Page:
As previous argument given, McMichael argues convincingly that globalization was success in expanding thanks to the lack of protective barriers of Third world where the capital investors were welcomed. This, in consequence, provoked two alarming situations. An increase in the unemployment and the decline of unionization in the North was accompanied with the arrival of international business corporations seduced by the low-cost of workers in South. The doctrine of “free enterprise” was presented as a superior ladder in the evolutionary process. Each state should adopt a specialized role in a much wider “world factory” where some provide with the raw-materials and others with elaborated products. This trends which characterizes the 90s decade created a new asymmetry between skilled (located in first world) and under-skilled human resources (situated in the periphery). The recession produced by oil-embargo pressed First World to borrow a massive influx of money to Third world, but now it will be carefully selected by two organisms, GATT and WTO. Both curtailed the protective measure of local economies by consolidating of a new model which combined the reduced public capacity with the needs of governance. If Nationalism showed the importance of nation-state to protect the citizen from Market’s arbitraries, now neo-liberalism focused on the inefficiency public administration to regulate economy.

In short, the making of a free trade regime reconstructed food security as a market relation, privileging and protecting corporate agriculture and placing small farmers at a comparative disadvantage. Food security would now be governed through the market by corporate, rather than social criteria” (p. 136).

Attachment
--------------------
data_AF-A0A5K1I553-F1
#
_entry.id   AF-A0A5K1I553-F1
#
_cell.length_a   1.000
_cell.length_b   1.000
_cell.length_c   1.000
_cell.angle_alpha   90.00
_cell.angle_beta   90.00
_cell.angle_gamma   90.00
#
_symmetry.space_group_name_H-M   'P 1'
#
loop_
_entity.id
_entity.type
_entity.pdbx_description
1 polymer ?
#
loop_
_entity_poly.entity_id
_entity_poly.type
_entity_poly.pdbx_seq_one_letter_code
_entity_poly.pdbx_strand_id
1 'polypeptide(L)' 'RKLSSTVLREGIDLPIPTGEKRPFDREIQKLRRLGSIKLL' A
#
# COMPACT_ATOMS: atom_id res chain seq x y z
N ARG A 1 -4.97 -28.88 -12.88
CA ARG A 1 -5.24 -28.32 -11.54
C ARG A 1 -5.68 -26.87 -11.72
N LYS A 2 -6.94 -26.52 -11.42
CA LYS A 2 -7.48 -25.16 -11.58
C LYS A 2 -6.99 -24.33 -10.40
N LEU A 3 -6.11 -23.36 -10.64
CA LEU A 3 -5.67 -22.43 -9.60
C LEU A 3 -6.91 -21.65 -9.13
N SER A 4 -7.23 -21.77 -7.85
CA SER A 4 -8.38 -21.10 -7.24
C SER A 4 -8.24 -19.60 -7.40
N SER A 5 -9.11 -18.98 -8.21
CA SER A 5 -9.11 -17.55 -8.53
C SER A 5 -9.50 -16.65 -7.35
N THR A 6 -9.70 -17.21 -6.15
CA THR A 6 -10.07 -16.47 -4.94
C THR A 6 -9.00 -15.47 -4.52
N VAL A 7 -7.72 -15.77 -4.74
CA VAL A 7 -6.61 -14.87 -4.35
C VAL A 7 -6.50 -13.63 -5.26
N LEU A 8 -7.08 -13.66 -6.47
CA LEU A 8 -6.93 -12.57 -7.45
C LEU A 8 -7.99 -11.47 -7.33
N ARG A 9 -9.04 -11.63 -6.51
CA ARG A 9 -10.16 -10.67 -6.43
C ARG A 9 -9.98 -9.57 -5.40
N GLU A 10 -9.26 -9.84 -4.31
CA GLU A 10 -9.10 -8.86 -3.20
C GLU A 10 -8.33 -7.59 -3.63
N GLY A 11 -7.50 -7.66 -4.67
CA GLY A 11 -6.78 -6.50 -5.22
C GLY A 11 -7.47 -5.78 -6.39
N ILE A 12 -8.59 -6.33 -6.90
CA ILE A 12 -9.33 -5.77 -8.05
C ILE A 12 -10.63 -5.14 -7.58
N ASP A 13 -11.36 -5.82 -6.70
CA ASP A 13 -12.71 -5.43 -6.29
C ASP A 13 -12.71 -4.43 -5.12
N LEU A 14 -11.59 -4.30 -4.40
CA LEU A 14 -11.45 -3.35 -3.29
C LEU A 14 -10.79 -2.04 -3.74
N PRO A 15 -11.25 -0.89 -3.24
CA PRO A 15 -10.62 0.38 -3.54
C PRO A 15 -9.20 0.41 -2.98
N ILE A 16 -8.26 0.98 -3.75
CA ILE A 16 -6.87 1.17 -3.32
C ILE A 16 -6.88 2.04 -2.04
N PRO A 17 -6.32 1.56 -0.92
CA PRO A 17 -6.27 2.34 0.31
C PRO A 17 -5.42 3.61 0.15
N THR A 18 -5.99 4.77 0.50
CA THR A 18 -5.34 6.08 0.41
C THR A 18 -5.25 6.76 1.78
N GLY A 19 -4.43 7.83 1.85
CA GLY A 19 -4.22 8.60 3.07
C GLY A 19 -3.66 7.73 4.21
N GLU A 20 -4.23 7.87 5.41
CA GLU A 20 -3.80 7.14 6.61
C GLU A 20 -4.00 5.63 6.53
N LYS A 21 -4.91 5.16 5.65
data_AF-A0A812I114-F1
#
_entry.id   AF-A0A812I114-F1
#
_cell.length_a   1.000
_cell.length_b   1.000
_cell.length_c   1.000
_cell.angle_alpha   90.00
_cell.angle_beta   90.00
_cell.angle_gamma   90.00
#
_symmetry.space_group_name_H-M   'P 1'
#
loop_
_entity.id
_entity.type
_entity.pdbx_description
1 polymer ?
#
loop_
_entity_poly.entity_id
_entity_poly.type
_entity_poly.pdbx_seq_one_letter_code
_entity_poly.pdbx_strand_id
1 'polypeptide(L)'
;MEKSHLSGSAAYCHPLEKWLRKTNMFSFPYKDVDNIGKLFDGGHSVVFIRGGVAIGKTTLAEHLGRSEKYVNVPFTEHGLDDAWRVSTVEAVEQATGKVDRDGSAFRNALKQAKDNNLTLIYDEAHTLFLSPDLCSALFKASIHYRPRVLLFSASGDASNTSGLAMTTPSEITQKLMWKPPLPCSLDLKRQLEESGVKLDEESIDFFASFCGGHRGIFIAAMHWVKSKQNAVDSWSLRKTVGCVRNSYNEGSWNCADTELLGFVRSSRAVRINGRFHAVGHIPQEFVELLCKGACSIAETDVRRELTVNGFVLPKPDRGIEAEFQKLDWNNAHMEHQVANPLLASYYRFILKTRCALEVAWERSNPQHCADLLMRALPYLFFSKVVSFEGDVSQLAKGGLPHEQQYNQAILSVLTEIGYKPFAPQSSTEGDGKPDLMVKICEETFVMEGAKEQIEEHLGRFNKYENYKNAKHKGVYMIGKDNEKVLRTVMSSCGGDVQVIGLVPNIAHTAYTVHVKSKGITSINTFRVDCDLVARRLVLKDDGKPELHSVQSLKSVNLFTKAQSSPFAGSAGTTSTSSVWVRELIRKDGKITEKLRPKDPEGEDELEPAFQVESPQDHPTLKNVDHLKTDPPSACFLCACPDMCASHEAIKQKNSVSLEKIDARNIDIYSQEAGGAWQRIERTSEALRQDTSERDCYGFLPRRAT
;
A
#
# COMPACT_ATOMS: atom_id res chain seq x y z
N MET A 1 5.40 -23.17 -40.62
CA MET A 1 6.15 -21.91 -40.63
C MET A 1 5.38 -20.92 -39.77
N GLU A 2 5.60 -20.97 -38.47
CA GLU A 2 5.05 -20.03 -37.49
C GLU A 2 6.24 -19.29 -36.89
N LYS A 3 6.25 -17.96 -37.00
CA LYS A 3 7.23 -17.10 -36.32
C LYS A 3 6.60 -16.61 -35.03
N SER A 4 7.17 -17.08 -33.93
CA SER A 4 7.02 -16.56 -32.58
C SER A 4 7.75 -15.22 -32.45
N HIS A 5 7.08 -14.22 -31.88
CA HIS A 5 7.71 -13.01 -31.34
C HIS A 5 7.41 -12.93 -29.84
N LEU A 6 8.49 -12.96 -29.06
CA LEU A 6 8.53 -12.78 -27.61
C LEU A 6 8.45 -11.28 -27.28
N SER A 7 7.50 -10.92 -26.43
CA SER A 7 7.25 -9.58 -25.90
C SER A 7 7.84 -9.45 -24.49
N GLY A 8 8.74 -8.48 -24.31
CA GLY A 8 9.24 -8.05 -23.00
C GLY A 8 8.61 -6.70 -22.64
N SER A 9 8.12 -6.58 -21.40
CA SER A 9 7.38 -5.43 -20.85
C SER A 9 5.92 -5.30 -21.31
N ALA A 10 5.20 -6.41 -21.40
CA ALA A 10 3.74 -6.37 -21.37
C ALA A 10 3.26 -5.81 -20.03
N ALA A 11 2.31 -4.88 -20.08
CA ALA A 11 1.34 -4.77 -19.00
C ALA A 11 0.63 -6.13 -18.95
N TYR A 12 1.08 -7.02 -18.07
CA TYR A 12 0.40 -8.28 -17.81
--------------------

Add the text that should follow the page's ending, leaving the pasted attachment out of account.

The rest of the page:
In this token, World Trade Organization was relentless by charging or applying sanctions over those countries who affected the new system of import-exports. Less interesting in freeing trade than in consolidating their hegemony, main powers prompted the discourse that Third World had not the right towards “self-sufficiency” any more.  Once again, globalization accelerated the accumulation of profits (beyond the boundaries and control of nation-states) but enlarging the levels of poverty as never before. Per some calculations, UN declared that only 20% of world population is situated within the 20% of richest people, whereas the rest is facing serious economic problems. It is important not to lose the sight that almost 1 billons of peoples are living in slums.  

Far from being solved, the problem of poverty as well as the ever-increasing protests against professional politics evinces not only his diagnosis is right, but the reasons why McMichael`s book gives a coherent explanation on the impossibility of globalization as project. By its clarity and profundity, Development and Social Change should be esteemed as a valid source of consultation for anthropologists, sociologists and policy-makers interested in development-related issues.

 

 
Recensión realizada por Maximiliano E Korstanje
Centre for Ethnicity and Racism Studies
University of Leeds, UK
 

 

 


 

References

Bauman, Z. (2000). Globalization: The human consequences. New York, Columbia University Press.

Korstanje, M (2015) “The Anthropology of Dark Tourism: exploring the contradiction of Capitalism”. Working Paper no. 22. Repository for CERS. Centre for Ethnicity and Racism Study, University of Leeds. Available at http://cers.leeds.ac.uk/working-papers/

 


ISSN: 2254-2035